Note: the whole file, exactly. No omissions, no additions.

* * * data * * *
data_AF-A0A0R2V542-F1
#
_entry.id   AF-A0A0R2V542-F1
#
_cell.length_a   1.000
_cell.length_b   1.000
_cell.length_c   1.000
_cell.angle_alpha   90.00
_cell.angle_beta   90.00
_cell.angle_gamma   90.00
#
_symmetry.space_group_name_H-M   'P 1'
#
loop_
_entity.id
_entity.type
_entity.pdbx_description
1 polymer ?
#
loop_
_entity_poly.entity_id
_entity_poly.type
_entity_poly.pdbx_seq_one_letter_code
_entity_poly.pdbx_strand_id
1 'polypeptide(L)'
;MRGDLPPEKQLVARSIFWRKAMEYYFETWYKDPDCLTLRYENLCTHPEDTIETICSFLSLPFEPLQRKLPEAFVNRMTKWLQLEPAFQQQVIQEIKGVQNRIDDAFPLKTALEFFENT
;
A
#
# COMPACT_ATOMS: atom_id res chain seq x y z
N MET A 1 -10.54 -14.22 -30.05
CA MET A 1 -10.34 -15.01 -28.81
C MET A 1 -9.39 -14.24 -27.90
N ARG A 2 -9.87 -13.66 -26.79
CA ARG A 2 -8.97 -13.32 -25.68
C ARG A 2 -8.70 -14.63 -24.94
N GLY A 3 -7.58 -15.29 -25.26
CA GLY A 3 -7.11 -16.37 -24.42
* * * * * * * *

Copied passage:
data_AF-A0A0R2V542-F1
#
_entry.id   AF-A0A0R2V542-F1
#
_cell.length_a   1.000
_cell.length_b   1.000
_cell.length_c   1.000
_cell.angle_alpha   90.00
_cell.angle_beta   90.00
_cell.angle_gamma   90.00
#
_symmetry.space_group_name_H-M   'P 1'
#
loop_
_entity.id
_entity.type
_entity.pdbx_description
1 polymer ?
#
loop_
_entity_poly.entity_id
_entity_poly.type
_entity_poly.pdbx_seq_one_letter_code
_entity_poly.pdbx_strand_id
1 'polypeptide(L)'
;MRGDLPPEKQLVARSIFWRKAMEYYFETWYKDPDCLTLRYENLCTHPEDTIETICSFLSLPFEPLQRKLPEAFVNRMTKWLQLEPAFQQQVIQEIKGVQNRIDDAFPLKTALEFFENT
;
A
#
# COMPACT_ATOMS: atom_id res chain seq x y z
N MET A 1 -10.54 -14.22 -30.05
CA MET A 1 -10.34 -15.01 -28.81
C MET A 1 -9.39 -14.24 -27.90
N ARG A 2 -9.87 -13.66 -26.79
CA ARG A 2 -8.97 -13.32 -25.68
C ARG A 2 -8.70 -14.63 -24.94
N GLY A 3 -7.58 -15.29 -25.26
CA GLY A 3 -7.11 -16.37 -24.42